Nick’s an only child, but he grew up among the other village kids. His best friend Harry’s parents ran the hotel and taverna where he helps out each morning and evening during tourist season.

As part of village life, there are Nick’s observed many births and deaths, but only one held any profound meaning to him: Spyro Fotos, his father.

In the grips of late-stage cancer, undetected until it was too late, Fi Fi spent every moment of every day at his side caring for him. Just six weeks, but indelibly etched in both their hearts. As his mother drew closer in those days and hours, Nick drew away. Longer trips to sit aside the sea with his 12-string. Later nights at the taverna in Harry’s company, and the company of that of any young and single female passing through.

Something about the sight of his dad, helpless to fight, and his mom changing roles from doted-upon to caregiver… the dramatic change was too much.

A warning of mortality?

But not Nick’s. He still embraced every crazy idea. But a foreshadowing of a future he’d never imagined. He always believed he’d be the one to leave home first. Hopeless romantic. Someday the right woman would see beyond his playboy front and understand the quietly kept depth of his soul – that soul he only revealed in the company of a stringed instrument and the wild Mediterranean Sea.

Alas, most of his relationships spawned only the length of a tourist’s stay. Some a single night, some a week. when he was younger, he dated a village girl named Betina for a few months one summer before his final year of school.

After graduation exams though, he discovered she and Harry had coupled during his absence. The following spring he danced at their wedding. Gambros (best man), he passed the crowns over the back of their heads, reci as the priest chanted words of ceremonial words binding them together and blessing the marriage.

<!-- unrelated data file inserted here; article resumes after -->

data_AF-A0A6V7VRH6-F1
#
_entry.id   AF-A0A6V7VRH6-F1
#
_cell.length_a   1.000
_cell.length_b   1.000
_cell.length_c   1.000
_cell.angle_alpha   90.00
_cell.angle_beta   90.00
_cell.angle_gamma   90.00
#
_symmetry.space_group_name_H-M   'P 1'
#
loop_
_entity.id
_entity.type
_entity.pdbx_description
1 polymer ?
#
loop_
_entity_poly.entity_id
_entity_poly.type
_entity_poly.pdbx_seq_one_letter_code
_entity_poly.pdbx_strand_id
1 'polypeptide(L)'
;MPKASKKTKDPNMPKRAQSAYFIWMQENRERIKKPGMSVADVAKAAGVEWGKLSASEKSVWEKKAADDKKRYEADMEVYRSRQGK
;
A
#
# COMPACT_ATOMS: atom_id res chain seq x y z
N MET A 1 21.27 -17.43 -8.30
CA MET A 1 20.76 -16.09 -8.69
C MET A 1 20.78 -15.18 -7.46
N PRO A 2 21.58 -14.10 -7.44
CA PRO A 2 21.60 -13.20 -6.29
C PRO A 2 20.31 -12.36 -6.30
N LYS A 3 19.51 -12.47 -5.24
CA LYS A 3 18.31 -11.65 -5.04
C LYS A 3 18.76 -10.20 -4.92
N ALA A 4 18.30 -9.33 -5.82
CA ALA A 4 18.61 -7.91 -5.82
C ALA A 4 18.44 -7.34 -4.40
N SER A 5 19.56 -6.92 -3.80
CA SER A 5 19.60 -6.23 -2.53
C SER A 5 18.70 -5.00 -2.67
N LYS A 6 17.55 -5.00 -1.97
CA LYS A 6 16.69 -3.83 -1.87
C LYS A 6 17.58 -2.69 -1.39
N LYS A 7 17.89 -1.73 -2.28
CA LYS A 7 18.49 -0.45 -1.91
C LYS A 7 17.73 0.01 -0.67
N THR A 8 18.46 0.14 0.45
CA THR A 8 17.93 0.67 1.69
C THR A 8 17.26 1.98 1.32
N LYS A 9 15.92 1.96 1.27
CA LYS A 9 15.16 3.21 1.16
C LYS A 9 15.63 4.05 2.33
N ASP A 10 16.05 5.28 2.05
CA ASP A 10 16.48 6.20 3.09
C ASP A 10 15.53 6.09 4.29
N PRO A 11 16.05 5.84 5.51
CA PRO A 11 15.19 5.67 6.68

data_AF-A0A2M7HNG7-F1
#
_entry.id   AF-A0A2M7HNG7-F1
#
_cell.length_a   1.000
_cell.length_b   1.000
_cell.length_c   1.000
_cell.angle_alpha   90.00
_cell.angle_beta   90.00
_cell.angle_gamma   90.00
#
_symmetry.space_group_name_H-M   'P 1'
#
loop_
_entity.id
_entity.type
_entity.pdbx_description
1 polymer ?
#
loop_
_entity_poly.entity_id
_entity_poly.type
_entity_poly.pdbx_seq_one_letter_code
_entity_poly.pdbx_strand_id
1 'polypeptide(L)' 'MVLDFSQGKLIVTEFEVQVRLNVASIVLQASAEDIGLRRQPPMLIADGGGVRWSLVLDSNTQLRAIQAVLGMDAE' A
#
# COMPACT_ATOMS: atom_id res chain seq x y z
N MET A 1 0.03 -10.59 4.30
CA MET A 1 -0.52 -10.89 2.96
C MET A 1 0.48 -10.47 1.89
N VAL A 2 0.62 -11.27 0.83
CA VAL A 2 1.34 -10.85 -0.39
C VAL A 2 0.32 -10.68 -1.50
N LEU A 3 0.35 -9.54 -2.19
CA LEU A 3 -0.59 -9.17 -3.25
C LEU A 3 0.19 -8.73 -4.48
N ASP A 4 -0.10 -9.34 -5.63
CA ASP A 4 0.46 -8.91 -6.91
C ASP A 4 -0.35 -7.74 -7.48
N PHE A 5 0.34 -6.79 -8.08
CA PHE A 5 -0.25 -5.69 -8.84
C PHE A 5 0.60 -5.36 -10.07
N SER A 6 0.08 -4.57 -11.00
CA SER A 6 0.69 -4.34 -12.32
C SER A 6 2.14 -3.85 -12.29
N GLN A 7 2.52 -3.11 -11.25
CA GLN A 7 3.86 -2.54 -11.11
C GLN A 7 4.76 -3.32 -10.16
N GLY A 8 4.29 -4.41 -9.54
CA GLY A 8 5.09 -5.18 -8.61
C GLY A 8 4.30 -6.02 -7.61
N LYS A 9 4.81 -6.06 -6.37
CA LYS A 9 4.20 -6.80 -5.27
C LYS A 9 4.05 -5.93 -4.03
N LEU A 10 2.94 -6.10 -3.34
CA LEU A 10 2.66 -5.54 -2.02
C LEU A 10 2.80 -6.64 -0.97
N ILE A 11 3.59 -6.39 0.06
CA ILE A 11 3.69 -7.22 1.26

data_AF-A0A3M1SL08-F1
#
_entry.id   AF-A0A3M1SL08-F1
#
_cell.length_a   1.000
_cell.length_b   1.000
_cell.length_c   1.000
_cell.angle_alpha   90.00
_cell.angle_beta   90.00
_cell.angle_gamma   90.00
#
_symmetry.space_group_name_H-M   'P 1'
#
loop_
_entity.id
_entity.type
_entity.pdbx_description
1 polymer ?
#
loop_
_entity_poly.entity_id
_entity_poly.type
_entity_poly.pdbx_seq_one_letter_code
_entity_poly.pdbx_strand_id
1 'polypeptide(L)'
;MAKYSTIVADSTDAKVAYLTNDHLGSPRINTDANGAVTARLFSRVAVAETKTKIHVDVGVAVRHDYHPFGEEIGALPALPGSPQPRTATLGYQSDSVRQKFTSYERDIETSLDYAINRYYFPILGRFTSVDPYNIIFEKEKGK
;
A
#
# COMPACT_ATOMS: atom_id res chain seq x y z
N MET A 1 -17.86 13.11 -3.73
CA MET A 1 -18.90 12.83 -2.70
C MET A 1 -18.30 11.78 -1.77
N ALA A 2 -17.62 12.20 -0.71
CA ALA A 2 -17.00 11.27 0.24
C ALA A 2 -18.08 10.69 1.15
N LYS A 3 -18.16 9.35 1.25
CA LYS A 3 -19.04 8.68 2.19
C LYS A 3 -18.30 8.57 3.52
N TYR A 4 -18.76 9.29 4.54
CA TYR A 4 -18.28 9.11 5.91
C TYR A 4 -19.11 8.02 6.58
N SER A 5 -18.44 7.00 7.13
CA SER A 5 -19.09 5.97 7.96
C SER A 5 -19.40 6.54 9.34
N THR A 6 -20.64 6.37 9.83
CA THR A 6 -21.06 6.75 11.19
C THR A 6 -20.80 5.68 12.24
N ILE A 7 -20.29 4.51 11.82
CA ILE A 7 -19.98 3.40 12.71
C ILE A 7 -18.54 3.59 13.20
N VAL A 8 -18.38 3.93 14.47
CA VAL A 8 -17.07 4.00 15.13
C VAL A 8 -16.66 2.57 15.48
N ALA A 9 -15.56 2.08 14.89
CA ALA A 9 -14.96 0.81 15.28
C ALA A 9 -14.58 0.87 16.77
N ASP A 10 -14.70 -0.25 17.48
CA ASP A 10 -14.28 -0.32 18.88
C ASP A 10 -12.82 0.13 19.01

With humor and good grace to Nick toasted prosperity and a posse of children to his best friend and the only girl he’d ever kissed.

And then he promptly set out to woo a series of girls [musically] that summer and learn practice the lessons Theio Yanna whispered, as well as the lessons of love young men most craved. He never looked back, but occassionally his gaze would linger on Tina just a few seconds longer than other women. He thought she was particularly beautiful when she was pregnant with Harry’s first child. But then all pregnant women looked beautiful stunning to him.



By Jove, there’s a side of Nick I never saw until it fell out of my pen!

There truly is something magical about performing a character profile BEFORE starting to write the book.

I’ll be back next week with more adventures of Stefanie. Until then, I hope you read and write with JOY!

P.S. I’d love to hear how YOUR stories are shaping up, so drop me a comment below!  Or if you’d like to download the Character Profile worksheets I created for my students, you can get them HERE for FREE!

Click HERE to read the next installment